I can't imagine trying to work with file systems without Path::Class. I often use the same scripts on both Windows and *nix machines, Path::Class keeps me from pulling (the rest of) my hair out. I find the documentation easy to understand, so it was quick for me to pick up and use with little trouble.
Path::Class has become one of the core tools that I use every day. I really don't do any filesystem stuff now without Path::Class. It simplifies code greatly. In my experience code written with path class is 50% smaller than code written without and, as we all know, less code = less bugs.
The API just makes sense, and the author is very receptive to contributions and discussion. Just the other day I worked with him (on github) to add the spew() method.
This is an excellent platform-independent layer over File::Spec.
One (minor) downside is that it doesn't seem to have a way to update objects. So instead one must do something like $path = $path->parent. (This is fine if you don't want side effects, but then why are you programing in Perl?)
Other minor annoyances: (1) a method to extract file extensions (2) untaining.
Path::Class is fastly becoming a core part of my toolkit, its much nicer then what I used to use (File::Spec::Functions) but yet inherits all the stability and cross-platform knowledge from File::Spec. Excellent module, highly recommened.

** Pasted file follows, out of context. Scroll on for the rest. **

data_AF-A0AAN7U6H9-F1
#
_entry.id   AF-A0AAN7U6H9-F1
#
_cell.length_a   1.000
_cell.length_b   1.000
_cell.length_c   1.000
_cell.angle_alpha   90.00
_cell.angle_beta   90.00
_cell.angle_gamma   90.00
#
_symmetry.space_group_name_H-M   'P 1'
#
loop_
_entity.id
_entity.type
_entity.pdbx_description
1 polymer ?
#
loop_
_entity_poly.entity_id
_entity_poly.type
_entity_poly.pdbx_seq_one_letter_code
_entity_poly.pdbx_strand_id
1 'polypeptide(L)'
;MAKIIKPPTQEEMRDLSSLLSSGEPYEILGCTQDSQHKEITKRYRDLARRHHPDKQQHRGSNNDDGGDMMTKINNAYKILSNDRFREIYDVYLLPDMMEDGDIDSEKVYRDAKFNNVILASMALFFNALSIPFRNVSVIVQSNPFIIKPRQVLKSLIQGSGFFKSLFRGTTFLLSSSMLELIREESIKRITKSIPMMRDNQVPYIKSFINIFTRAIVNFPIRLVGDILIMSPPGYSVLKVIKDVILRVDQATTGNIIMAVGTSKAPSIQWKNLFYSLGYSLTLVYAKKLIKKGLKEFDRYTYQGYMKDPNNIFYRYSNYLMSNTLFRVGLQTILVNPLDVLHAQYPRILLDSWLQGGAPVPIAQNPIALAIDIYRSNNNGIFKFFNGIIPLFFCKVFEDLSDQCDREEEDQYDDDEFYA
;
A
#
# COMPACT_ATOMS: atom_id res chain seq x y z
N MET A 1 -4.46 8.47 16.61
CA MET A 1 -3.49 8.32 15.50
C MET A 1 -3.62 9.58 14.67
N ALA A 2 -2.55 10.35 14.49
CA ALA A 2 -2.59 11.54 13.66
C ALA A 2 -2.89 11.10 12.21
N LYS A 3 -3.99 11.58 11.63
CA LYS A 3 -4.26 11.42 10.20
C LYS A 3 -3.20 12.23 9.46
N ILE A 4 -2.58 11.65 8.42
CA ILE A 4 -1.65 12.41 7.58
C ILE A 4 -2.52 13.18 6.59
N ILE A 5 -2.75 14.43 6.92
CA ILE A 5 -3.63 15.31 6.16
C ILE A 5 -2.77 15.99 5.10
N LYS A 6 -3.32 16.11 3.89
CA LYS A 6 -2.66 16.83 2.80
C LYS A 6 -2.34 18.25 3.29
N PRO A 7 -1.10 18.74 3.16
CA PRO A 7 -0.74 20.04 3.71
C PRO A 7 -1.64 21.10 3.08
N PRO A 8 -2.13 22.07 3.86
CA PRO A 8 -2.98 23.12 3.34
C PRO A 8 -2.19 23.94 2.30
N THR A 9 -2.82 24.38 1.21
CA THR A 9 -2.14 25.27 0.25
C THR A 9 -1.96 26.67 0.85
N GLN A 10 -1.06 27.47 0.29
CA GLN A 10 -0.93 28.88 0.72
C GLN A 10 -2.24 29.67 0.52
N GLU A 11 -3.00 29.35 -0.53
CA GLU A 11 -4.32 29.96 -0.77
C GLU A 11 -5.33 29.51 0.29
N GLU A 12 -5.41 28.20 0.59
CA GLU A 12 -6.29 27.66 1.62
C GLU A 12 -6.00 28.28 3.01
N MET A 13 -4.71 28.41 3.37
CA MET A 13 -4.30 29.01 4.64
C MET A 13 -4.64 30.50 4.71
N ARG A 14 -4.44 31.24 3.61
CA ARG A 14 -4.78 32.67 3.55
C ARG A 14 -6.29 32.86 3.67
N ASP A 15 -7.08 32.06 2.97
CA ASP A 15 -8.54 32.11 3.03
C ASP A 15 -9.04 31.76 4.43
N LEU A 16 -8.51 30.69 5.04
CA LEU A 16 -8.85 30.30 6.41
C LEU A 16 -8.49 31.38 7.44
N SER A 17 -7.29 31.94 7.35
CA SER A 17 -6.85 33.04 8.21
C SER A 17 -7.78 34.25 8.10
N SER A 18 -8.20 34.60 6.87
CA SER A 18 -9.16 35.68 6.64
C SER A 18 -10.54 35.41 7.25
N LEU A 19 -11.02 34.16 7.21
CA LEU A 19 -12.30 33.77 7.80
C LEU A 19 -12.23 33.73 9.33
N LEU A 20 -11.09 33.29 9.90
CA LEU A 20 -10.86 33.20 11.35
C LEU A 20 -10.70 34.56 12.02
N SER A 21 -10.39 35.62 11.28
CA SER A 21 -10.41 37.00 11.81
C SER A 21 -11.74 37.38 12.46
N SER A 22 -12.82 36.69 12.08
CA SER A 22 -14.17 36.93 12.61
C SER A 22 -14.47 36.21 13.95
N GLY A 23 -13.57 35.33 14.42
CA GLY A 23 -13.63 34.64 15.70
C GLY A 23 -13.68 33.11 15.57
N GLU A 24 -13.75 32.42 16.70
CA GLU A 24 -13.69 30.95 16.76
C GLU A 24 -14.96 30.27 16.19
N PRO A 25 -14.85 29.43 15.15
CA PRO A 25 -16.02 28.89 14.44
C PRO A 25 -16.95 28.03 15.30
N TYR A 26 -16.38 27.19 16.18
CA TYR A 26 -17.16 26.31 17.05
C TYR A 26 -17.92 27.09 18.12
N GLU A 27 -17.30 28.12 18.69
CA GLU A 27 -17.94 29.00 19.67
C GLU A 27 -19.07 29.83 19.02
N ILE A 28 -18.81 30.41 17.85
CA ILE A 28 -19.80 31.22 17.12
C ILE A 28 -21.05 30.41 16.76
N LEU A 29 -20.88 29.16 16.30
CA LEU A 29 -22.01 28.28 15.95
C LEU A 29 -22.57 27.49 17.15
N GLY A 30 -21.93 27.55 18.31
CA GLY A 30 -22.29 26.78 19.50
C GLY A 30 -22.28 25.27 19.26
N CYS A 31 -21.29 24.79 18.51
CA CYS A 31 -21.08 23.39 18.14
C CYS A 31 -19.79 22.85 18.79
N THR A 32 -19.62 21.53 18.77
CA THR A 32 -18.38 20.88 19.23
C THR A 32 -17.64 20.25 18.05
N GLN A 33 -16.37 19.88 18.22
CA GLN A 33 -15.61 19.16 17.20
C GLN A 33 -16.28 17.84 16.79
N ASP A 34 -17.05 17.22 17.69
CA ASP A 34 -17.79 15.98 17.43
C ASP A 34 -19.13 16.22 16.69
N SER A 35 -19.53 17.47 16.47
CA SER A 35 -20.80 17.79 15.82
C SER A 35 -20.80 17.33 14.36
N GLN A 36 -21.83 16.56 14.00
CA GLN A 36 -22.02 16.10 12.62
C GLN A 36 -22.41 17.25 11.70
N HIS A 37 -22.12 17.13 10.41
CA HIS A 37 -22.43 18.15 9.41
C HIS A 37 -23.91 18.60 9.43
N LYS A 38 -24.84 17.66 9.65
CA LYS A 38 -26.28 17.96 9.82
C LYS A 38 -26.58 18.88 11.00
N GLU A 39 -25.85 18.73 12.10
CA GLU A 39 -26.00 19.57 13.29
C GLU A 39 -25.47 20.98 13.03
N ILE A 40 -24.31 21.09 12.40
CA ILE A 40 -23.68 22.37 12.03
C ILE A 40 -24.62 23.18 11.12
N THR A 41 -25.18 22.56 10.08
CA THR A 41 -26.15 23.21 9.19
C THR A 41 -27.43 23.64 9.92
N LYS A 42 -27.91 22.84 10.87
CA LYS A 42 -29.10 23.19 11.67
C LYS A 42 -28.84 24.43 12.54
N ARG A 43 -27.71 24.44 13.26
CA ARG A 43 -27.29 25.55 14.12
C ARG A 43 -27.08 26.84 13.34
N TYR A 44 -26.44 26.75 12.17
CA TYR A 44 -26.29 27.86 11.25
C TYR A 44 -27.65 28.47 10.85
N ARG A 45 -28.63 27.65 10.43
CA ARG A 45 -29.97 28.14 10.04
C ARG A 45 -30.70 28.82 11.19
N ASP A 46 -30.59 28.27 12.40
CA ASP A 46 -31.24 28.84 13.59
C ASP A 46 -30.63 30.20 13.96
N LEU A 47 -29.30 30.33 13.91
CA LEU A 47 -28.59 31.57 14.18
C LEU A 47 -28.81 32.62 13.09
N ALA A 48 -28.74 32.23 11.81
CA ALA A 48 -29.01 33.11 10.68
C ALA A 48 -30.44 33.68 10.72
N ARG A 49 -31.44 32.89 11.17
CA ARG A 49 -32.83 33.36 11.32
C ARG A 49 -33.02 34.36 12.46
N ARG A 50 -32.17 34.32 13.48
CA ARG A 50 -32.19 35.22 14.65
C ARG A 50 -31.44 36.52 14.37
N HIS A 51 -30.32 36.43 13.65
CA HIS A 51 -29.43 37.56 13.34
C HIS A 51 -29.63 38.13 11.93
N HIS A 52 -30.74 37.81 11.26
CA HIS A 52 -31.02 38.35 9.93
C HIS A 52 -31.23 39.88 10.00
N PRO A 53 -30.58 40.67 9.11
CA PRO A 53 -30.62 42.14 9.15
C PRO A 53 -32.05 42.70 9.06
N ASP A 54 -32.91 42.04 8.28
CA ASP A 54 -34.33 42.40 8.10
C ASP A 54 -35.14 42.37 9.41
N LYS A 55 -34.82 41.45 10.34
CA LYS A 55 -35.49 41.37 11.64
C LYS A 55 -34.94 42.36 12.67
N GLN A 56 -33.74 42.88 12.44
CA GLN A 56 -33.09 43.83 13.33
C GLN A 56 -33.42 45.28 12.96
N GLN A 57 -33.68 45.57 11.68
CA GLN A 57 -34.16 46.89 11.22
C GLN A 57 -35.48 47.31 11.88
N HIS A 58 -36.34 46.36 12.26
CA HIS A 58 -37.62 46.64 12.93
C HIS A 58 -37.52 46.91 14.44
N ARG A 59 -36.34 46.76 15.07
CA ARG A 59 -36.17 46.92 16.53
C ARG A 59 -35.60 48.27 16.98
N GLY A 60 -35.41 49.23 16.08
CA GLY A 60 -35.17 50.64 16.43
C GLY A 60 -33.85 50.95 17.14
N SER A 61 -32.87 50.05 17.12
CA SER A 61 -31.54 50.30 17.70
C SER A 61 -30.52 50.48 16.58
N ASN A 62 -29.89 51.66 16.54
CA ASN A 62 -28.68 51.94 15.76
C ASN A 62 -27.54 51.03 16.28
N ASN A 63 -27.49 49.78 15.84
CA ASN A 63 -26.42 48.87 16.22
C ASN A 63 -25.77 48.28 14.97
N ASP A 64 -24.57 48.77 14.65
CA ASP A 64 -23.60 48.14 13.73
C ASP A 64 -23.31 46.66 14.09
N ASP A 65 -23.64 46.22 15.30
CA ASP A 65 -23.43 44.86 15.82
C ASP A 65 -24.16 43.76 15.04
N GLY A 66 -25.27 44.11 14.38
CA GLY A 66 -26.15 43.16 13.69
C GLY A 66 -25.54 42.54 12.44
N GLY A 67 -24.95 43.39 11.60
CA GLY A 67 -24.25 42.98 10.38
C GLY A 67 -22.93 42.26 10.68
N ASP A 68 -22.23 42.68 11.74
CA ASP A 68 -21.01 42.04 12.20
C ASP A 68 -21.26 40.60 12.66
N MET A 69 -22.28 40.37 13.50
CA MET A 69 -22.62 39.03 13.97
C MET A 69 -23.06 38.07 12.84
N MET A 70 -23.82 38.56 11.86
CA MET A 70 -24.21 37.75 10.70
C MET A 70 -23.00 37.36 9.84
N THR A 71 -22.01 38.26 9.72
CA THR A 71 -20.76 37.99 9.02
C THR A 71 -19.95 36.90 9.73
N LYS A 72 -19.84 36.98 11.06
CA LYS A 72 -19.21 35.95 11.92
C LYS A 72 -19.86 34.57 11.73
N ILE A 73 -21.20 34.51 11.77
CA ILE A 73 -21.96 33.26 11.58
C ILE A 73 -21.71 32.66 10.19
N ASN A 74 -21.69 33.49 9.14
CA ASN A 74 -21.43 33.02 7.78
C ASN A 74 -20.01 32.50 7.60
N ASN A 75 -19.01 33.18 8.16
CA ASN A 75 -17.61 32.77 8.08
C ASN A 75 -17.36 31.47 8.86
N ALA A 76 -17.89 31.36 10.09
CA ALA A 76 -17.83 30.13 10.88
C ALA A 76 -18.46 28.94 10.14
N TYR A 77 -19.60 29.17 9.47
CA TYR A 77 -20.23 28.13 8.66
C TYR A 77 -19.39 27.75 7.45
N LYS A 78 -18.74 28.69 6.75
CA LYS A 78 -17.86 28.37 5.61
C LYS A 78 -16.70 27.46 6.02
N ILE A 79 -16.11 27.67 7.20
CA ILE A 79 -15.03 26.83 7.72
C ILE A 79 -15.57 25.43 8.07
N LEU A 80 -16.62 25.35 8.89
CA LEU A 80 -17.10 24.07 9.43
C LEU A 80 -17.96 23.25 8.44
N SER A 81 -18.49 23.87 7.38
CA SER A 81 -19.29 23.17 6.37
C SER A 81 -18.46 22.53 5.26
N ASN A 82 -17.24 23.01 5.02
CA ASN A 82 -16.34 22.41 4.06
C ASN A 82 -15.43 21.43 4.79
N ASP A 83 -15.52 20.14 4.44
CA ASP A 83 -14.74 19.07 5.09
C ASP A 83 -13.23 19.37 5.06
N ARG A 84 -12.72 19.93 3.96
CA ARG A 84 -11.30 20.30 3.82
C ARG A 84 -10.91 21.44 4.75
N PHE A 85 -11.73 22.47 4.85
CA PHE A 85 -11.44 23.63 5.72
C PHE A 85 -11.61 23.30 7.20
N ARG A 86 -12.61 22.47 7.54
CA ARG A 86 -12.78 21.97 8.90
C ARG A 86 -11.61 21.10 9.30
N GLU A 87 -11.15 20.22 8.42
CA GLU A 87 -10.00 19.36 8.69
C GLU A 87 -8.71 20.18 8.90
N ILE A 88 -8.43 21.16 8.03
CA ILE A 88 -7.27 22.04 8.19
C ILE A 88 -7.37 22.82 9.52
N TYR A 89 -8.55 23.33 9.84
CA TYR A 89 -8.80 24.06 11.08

Paths naturally suit an object-oriented interface, and Path::Class gets that interface just right. All common path operations are supported, and having manipulated things to get the required path there are nifty methods for opening it (for reading or writing, throwing an error automatically) or for slurping it all in at once (with optional chomping).
It's so good that I've standardized on it for absolutely everything relating to paths.
Also, its author has been tremendously responsive in accepting patches and adding in new features when I've suggested ways of making the module even easier to use.
An excellent module that's much easier to use than File::Spec for manipulating paths. For example, you can do things like C<< $file->relative($src)->absolute($htdocs)->relative >> which aren't as trivial with other modules.
It's also well documented, and provides some extra handy methods such as recurse and mkpath.
This is a very cool module. File::Spec purports to provide filesystem-agnostic path/filename manipulations, but using it properly is hard, and the interface is just bad, filled with awkward, way too UNIX-y method names (catdir, catfile).
Path::Class hides the hard to use parts of File::Spec and provides a nice, simple, _clean_ interface on top of it.